Karen Armstrong highlights that you can see these heroic characteristics in the great religious sages. They all underwent their own trials before embarking on their missions. The Buddha abandoned his family, shaved his head and donned yellow robes renouncing the ascetic and set off into the world to cure it of suffering. Jesus began his ministry, following his Baptism by John, by stepping out into the wilderness for forty days of temptation. Muhammed, before his revelation, went to Mount Hiren outside of Mecca. Here he fasted and subjected himself to spiritual exercises and gave alms to the poor; here he meditated on the suffering malaise that had overcome his tribesmen and sought out a solution to their problems.
Armstrong suggests that if we wish to live more compassionately and to affect our world for the better that we should follow the example of these ancient sages. That we should search out the heroes of our time and even uncover the heroes within ourselves; to not merely talk about religion, but to live religiously. To live fully engaged and compassionate lives. For her this is essence and purpose of religion and I for one agree with her.
So who are our 21st century heroes?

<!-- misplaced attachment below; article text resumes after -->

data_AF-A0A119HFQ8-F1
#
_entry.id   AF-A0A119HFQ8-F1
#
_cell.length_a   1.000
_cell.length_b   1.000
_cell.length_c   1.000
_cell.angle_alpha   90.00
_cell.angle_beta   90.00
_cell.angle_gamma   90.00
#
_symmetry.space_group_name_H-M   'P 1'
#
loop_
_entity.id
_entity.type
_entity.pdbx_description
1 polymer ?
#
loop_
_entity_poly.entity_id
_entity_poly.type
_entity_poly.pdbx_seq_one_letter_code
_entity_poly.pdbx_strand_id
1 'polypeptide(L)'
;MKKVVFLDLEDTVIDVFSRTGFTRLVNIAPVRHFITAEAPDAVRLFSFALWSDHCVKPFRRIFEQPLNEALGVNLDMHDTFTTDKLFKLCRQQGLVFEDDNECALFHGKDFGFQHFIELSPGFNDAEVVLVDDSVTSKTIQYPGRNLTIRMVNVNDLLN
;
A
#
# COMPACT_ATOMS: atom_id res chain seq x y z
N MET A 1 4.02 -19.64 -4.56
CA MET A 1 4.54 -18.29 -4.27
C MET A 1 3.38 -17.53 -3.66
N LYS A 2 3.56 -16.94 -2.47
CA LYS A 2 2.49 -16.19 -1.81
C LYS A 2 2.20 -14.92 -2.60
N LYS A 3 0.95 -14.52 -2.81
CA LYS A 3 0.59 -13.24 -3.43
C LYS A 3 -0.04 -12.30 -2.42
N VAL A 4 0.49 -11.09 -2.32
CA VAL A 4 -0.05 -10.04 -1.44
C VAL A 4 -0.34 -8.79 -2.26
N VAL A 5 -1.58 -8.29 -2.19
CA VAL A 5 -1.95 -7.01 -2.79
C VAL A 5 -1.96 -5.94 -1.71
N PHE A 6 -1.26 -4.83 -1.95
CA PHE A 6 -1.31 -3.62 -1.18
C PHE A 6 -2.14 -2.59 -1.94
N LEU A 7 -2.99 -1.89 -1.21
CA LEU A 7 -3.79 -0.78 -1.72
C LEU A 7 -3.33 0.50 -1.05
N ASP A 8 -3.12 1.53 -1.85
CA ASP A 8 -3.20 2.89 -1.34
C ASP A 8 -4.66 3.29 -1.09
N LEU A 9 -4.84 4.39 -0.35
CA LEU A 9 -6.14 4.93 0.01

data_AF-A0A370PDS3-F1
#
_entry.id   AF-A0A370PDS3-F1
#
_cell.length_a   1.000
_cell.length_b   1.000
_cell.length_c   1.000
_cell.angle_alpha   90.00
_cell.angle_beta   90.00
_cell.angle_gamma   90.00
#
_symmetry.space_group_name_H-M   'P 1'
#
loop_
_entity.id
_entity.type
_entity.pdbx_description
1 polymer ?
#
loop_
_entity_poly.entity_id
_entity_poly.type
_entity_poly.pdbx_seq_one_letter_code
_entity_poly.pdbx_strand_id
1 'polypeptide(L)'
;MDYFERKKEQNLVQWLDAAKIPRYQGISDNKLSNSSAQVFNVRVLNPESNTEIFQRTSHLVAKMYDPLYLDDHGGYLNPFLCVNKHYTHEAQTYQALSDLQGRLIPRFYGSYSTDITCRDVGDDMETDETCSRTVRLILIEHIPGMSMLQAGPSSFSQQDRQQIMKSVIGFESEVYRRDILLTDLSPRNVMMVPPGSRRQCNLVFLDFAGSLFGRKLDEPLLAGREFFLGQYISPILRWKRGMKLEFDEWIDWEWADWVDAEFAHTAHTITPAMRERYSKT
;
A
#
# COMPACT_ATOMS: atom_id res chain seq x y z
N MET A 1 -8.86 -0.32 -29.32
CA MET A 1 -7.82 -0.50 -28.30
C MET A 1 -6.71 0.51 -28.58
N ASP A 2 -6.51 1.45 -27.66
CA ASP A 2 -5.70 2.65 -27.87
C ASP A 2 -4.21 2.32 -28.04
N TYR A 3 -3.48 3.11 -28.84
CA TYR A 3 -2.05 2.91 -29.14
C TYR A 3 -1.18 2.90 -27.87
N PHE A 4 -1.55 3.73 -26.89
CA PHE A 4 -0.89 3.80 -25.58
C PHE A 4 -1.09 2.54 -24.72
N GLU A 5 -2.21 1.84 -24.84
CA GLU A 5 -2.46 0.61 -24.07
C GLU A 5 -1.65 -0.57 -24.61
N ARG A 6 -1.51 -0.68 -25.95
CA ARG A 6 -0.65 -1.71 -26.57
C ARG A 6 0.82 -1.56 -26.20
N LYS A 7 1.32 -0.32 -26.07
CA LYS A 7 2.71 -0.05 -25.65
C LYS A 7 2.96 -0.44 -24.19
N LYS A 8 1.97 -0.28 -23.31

“When the first Superman movie came out I was frequently asked, "What is a hero?" My answer was that a hero is someone who commits a courageous action without considering the consequences...
...Now my definition is completely different. I think a hero is an ordinary individual who finds strength to persevere and endure in spite of overwhelming obstacles.”
Well this one time superman certainly exhibited great courage in the last few years of his life, following the accident that left him a paraplegic. I recently learnt that later in life that he, like myself, became a Unitarian.
Anyone can be a hero; we all possess those qualities within us. All we need to do is uncover those virtues within each and every one of us. Now we may not all have the opportunity to be the brave courageous hero of the ancient and modern tales. That said I am certain that every single one of us has at one time or another had to overcome many obstacles of varying shapes and sizes, no life is without problems. Further, we can all do little wonderful and caring things that can change our world a little bit at a time.
The key for me to uncovering and developing the hero inside each and every one of us is to make that decision each day to do what we can. To effect change does not require super powers, lots of money, complicated gadgets; we do not need to wear a special outfit and cape. All we need to do is to make a decision and follow it with appropriate action, each and every day.
The question we may well ask ourselves is can we do it? Well I for one believe that we can.
When I personally doubt my effectiveness, my ability to make a difference I simply return to these words by Edward Everett Hale
“I am only one
But still I am one.
I cannot do everything
But still I can do something
And because I cannot do everything
I will not refuse to do the something that I can do.”
We do not have to search for our modern day heroes; they are inside every single one of us. All that we need to do is look at the person staring back at us in the mirror and not refuse to do the something that we can do.